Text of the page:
- The Washington Times - Wednesday, October 28, 2020

Facebook reactivated an Illinois group Tuesday night that is opposed to shutdowns imposed by Democratic Gov. J.B. Pritzker, saying the pages had been ghosted by mistake.

The “Join the Lawsuit against Illinois Gov. JB Pritzker” page, which had been active since May and claims 62,000 members, was shut down in error, according to a company spokesman.

Chicago attorney Laura Grock, who filed a lawsuit against Mr. Pritzker’s response to the coronavirus epidemic, said she was pleased with the page’s restoration but still worried the group’s voice would be silenced again.

Ms. Grock also founded a second Facebook group, promoting an effort to recall Mr. Pritzker, that has seen multiple posts removed by Facebook for alleged violations of standards.

“Of course, since I still don’t understand their ‘standards,’ the afternoon is being devoted to taking down posts on both pages,” she told The Washington Times.

“I went back and looked at all the things they flagged as false,” Ms. Grock said. “At least once, they flagged as false the comments members of the group made to posts and not even the posts themselves.”

For example, Facebook removed a joke meme that depicted former Alaska Republican Gov. Sarah Palin in a bikini, cradling a semi-automatic rifle. The post was claimed to run afoul of “community standards on adult nudity and sexual activity.”

Other posts that traced what a group member considered dubious financing behind Remdesivir, a drug that earned federal approval for fighting COVID-19, were removed because they constituted “misinformation that could cause physical harm,” according to Facebook.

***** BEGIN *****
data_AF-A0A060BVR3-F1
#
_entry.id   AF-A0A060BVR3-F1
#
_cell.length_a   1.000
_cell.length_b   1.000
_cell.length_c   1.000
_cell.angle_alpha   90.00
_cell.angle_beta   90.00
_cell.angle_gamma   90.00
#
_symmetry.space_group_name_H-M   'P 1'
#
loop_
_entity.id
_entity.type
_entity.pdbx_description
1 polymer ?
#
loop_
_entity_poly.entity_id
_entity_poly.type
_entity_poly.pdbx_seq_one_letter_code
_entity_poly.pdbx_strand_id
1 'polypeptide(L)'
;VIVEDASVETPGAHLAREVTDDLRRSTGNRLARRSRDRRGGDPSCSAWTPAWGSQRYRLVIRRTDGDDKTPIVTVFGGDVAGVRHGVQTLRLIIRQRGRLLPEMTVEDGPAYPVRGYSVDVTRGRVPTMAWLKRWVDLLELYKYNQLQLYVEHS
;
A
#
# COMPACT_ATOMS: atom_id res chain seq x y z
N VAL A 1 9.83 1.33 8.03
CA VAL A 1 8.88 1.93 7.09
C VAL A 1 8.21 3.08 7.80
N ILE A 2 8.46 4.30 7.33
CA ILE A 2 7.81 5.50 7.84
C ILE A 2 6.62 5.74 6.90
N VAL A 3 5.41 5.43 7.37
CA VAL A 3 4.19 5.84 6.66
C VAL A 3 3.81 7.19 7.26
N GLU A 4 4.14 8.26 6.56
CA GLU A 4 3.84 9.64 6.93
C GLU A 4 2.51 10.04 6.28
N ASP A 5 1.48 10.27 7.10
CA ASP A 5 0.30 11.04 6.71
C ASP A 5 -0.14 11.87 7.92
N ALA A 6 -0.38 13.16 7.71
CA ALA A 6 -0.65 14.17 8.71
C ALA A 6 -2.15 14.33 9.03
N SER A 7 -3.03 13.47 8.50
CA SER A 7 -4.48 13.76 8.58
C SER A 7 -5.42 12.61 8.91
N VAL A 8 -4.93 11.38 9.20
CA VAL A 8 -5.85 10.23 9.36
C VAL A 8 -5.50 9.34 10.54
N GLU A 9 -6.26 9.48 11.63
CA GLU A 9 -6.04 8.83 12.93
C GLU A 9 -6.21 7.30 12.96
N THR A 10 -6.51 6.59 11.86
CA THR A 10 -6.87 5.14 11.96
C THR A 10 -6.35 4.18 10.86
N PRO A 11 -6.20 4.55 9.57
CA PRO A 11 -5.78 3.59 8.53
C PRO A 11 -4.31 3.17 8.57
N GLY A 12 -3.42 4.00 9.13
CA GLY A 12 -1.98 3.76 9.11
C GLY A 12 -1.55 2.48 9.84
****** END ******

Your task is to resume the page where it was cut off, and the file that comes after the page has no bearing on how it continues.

Facebook reinstated the “Join Pritzker Lawsuit” group at a time when social media companies have been accused by conservatives of putting a heavy thumb on the November electoral scale with their content-moderation decisions.

In particular, Facebook and Twitter have been criticized for blocking any links or references to explosive New York Post stories that allege corruption between Democratic presidential nominee Joseph R. Biden, his son, Hunter, and companies based in countries for which the elder Mr. Biden served as the Obama administration’s point man.

Facebook CEO Mark Zuckerberg, Twitter CEO Jack Dorsey and other Silicon Valley executives are testifying at a congressional hearing Wednesday.

Ms. Grock said she remains suspicious of Facebook’s motives in shutting down groups critical of a Democratic governor on the eve of the national election, particularly as such groups had operated for months without prior issues.

Group members tend to post on a variety of topics in addition to Illinois politics, such as “mask mandates, COVID-19 statistics and China’s involvement in the pandemic, Tucker Carlson videos, Black Lives Matter protests and police-involved shootings and mail-in ballot voting and election fraud,” Ms. Grock said.

“Given what Facebook has flagged as ‘community standards violations’ and false or partly false news, we will be forced to censor our audience even if their posts warrant discussion or debate,” she said. “These groups receive roughly 1,000 posts a day so we will have to limit or censor freedom of speech and expression.”

• James Varney can be reached at jvarney@washingtontimes.com.

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